When I was a child, I remember whipping cream with my Nanna or my Mum lurking somewhere within earshot telling me not to whip too much or it will turn into butter. At the time I dismissed them as potential lunatics – I had never heard of cream turning into butter, how ludicrous! Today, I can’t help wonder what Nanna would think of me making butter. She’d probably think I had become the lunatic given that you can buy perfectly decent butter. How times change and our thinking with it. Now, I’d give anything to ask Nanna how she used to make butter at home. More to the point, I would dearly love her to show me how to use butter pats. Sadly, I can’t.
The butter pats (or paddles) make all the difference. When you begin working the butter with the pats, it has a very ungiving or resistant quality. As you continue, the butter gives up its last drops of buttermilk and it becomes much more relaxed and takes on a richer, more familiar butter colour and texture.
Given the core ingredient in butter is the cream, it makes sense to choose the best product. Only use pure cream with no less than 45% fat. Don’t use whipping cream or low fat cream, it simply will not work. Take time to choose your salt as well. You don’t have to salt your butter, but it does make a considerable difference and is worth including.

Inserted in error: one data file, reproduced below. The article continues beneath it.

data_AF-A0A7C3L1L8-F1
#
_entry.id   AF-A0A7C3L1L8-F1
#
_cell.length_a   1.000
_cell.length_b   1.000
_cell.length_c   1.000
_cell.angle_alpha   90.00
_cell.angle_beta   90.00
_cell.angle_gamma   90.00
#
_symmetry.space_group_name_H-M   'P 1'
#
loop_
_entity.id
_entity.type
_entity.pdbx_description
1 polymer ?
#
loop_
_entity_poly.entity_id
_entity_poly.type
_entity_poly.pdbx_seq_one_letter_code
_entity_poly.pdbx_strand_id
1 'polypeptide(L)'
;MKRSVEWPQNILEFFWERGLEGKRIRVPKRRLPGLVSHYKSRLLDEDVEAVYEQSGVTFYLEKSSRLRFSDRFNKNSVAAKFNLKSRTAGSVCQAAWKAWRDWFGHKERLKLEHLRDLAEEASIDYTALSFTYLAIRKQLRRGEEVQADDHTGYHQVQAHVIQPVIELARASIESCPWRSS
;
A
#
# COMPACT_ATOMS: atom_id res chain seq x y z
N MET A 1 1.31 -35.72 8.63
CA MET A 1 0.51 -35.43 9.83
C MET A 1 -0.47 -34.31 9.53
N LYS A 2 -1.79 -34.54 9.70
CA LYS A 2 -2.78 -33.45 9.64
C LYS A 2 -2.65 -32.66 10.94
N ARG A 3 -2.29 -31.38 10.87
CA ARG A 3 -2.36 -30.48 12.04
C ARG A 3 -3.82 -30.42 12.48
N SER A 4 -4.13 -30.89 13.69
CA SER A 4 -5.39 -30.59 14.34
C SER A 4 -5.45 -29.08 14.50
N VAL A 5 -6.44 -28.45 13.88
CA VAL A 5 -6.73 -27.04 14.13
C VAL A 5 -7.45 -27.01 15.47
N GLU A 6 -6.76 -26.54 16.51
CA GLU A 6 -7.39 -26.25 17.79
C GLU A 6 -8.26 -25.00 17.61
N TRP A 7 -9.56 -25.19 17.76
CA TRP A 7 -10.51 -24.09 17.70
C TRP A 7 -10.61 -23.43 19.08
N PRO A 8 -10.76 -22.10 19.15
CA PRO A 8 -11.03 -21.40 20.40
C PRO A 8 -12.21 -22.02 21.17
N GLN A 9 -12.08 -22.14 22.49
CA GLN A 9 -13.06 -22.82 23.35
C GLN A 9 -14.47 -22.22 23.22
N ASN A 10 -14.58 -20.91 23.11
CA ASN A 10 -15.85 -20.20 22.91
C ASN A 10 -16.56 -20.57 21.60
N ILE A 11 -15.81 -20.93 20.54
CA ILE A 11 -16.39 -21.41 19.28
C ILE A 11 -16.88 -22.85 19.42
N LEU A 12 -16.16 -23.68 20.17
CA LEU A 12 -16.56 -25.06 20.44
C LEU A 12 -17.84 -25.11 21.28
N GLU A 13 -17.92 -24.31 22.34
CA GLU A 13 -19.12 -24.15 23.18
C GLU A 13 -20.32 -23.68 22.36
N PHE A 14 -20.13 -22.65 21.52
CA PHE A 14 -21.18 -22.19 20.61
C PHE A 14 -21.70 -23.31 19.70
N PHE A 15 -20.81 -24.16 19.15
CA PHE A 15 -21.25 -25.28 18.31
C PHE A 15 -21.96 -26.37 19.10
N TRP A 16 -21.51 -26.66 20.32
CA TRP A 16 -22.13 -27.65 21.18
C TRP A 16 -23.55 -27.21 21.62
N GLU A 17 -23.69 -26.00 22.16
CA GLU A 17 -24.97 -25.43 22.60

Once upon a time, homemade butter would have been a kitchen staple in every home. Today, you’d be considered a kitchen wizard by placing homemade butter on the table.
600ml pure cream
Sea salt, to taste
Place the cream in a food processor with the the whipping paddle attached. Leave the food processor to whip the cream until it is well or over beaten.
Use a spatula to press the cream back into the centre of the food processor bowl and continue to beat. After a few minutes, the cream will become quite stiff and start turning a pale buttery colour. Continue beating for a minute or so longer until white liquid starts to separate from the butter fat – this liquid is the buttermilk.
Place a large piece if muslin cloth inside a sieve and empty the butter fat and buttermilk into the the lined sieve. The buttermilk will drain through. (Be sure to place a bowl underneath the sieve if you want to keep the buttermilk. Draw the corners of the muslin cloth in and push down on the butter to force the remaining buttermilk out. Try not to handle the butter too much to prevent it from melting. Leave the butter to hang over a bowl in the sieve for an hour or so until the liquid ceases to drain.
Remove the butter from the cloth and place it on a piece of baking paper. Sprinkle the butter with good quality sea salt such as Maldon. You could use any other good quality salt such as Murry River or a seasoned sea salt. Place another piece of baking paper over the butter and use both to massage the salt into the butter by folding over several times. (You could also add herbs or other spices for a flavoured butter)
Place a quarter of the butter between the butter paddles and work the butter until it is soft, yielding and the last drops of buttermilk have fallen away. Continue with the remaining butter. Wrap the butter in baking paper and place it in the fridge for least an hour before you take to it with a knife and yummy fresh bread.